Steam the patties over barely boiling water, covered, for 10 minutes. You can do this ahead of time and then oven-fry them later, if you like.


Let the patties cool until they are easier to handle. In the meantime, heat the oven to 500°F.

Place the patties on dark cookie sheets (they brown better than shiny ones) sprayed or brushed lightly with olive oil. Spray or brush the tops with olive oil, too. Bake for 5 minutes, or until the bottoms are crispy and golden-brown. Flip them over gently and bake for 3-5 minutes more, to brown the other side.


Serve immediately with the Sauce.


Sunday, February 1, 2009


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I work on recipes so often that I often forget to make old favorites, but I've been making this recipe  (from a book of mine circa 1999) often these days as a low-fat snack. It's a spread that's super-easy to make, and it's great on toast (for breakfast), in celery sticks (an old favorite), or just on crackers.

**This spread is also delicious used as a filling for grilled (vegan) cheeze sandwiches-- why didn't I think of that before? This spread doesn't melt, but that doesn't matter, because it is already soft and creamy like melted cheese, so the grilling just heats it up. Yum!

** Another variation-Vegan Cheeze Sauce: If you thin out 1 cup of the spread with 1/2 cup nondairy milk, it makes a great "Cheddar-y Cheese Sauce". (Whisk it well until it's smooth. This can be heated gently.) We loved it on steamed broccoli.

Give this recipe a whirl (not to make a pun!)... it's definitely a keeper.

Printable Recipe

Yield: 1 3/4 cups to 2 cups

UPDATE, Feb 2012: Last time I made this I added a twist from Betsy DiJulio's book, The Blooming Platter Cookbook.
She uses this genius ingredient in her homemade vegan cheeses--  beer!  So I added a little beer to this recipe. It adds just the right amount of tangy fermented taste, which really adds to the over-all flavor of the spread, or dip. Thank you, Betsy!  **But, in order to do this and not have it turn out too liquid-y, you have to crumble the silken tofu into a nut bag or a large square of white cotton sheeting-sort of material and twist and squeeze the bag until you have 1/4 cup of liquid from the tofu squeezed out.  Then proceed with the recipe, but add 1/4 cup of beer to the mixture.  Simple!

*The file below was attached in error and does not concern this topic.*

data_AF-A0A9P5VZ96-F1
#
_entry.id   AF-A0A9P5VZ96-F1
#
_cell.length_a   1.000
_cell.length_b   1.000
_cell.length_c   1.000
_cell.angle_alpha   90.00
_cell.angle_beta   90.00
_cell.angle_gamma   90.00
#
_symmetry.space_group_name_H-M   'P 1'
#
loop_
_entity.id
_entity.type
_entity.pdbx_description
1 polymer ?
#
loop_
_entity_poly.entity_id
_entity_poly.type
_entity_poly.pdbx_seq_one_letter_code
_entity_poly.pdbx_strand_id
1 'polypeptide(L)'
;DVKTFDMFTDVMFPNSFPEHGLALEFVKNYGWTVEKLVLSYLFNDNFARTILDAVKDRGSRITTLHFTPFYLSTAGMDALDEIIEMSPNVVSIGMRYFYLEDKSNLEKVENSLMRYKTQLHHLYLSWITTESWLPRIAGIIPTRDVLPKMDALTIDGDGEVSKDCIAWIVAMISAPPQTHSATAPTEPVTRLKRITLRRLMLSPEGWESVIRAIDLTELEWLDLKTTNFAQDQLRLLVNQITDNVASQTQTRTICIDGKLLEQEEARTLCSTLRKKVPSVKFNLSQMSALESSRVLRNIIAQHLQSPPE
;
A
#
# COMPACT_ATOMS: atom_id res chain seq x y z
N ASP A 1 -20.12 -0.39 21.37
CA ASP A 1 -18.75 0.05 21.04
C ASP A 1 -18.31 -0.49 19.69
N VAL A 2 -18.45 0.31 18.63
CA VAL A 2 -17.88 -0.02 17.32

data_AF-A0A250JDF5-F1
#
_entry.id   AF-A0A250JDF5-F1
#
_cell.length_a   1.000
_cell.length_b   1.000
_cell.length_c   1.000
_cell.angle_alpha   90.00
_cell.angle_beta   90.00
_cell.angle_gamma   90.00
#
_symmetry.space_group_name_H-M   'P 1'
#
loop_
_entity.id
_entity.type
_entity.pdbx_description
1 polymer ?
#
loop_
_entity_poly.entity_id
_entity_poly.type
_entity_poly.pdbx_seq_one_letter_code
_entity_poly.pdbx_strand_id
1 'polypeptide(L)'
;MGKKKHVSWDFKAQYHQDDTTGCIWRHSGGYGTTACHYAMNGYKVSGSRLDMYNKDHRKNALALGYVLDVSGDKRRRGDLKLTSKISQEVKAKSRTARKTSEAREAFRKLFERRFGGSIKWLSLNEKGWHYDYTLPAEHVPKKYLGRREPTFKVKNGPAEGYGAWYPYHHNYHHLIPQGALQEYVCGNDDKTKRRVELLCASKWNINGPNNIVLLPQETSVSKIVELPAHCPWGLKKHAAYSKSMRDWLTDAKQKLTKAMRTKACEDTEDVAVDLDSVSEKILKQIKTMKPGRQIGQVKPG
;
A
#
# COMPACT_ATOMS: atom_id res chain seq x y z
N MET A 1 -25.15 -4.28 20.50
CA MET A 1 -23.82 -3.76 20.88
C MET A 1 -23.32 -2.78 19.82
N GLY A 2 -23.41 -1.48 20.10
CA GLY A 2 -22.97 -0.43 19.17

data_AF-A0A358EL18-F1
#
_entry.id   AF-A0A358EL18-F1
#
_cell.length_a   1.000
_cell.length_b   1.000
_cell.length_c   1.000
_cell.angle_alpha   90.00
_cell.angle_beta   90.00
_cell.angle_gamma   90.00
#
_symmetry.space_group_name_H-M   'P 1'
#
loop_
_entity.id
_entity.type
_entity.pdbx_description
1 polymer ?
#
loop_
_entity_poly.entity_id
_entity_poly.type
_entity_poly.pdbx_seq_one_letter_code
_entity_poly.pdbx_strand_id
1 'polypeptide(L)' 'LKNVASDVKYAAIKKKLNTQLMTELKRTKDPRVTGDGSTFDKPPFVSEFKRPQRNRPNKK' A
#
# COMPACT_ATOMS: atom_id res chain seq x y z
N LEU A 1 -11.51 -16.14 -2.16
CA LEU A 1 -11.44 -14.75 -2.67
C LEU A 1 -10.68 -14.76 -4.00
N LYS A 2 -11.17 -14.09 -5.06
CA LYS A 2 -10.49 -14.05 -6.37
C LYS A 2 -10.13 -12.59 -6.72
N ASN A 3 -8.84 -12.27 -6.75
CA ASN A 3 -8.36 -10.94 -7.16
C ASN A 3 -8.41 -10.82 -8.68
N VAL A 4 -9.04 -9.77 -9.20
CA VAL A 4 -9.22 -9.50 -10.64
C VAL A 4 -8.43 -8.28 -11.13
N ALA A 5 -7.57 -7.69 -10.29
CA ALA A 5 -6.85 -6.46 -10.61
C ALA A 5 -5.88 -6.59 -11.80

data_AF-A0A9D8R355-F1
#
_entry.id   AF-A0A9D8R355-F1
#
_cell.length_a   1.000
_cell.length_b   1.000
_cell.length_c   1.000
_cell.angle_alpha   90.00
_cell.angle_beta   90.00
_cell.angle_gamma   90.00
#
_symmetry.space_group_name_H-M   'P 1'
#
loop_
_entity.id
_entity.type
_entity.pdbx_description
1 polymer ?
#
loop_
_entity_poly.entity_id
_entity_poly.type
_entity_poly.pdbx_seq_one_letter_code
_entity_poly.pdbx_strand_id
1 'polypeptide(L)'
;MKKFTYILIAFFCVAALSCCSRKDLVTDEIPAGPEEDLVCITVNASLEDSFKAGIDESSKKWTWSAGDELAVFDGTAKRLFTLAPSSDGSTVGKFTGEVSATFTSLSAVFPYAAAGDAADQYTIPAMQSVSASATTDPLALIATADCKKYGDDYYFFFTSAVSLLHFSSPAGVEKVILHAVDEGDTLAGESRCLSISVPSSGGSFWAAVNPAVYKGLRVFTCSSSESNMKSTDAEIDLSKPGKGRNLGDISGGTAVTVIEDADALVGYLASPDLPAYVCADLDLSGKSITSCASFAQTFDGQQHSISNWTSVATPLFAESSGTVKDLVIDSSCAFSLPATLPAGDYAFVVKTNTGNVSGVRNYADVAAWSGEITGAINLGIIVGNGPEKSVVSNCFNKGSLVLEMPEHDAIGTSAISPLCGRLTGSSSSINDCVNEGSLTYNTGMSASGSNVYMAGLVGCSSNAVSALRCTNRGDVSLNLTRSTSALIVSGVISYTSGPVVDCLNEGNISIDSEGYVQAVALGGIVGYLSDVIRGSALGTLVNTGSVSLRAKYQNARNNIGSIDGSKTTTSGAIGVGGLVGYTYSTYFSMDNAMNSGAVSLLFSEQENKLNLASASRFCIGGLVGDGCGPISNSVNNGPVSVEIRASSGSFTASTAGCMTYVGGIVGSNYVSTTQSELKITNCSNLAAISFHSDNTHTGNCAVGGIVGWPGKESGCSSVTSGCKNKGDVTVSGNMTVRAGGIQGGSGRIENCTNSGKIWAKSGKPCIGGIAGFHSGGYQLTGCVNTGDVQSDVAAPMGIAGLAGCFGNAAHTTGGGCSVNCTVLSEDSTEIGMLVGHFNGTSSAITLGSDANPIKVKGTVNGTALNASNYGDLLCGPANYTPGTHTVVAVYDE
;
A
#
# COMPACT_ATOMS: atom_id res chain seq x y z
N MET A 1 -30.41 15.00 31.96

See 2 
variations in yellow-highlighted  text above.

Recipe adapted from from my book "Soyfoods Cooking for a Positive Menopause".

12.3 oz (1 box) extra-firm SILKEN tofu, crumbled (OR 1 lb. medium firm tofu or Chinese "Traditional" Tofu, pressed or squeezed to make 12 oz.- 12.3 oz.)
1/4 cup nutritional yeast flakes
2 tablespoons tahini
2 tablespoons lemon juice (fresh or organic bottled)
1 1/2 tablespoons miso (medium brown)
1 teaspoon onion powder
1 teaspoon paprika (or use all or half smoked paprika [pimenton])
3/4 teaspoon salt
1/4 teaspoon garlic granules or powder
1/4 teaspoon turmeric
1/4 teaspoon dry mustard powder

Mix all the ingredients in a food processor until VERY smooth.

Spoon into a covered container and refrigerate several hours to firm up and meld the flavors (overnight would be ideal). Keeps refrigerated about 1 week.

Nutrition Facts
Nutrition (per 2 tablespoons)
: 35 calories; 1.5g total fat; 0.0mg cholesterol; 175mg sodium; 100mg potassium; 2.5g carbohydrates; 1.0g fiber; 0.5g sugar; 2g net carbs; 3.5g protein; 0.8 points.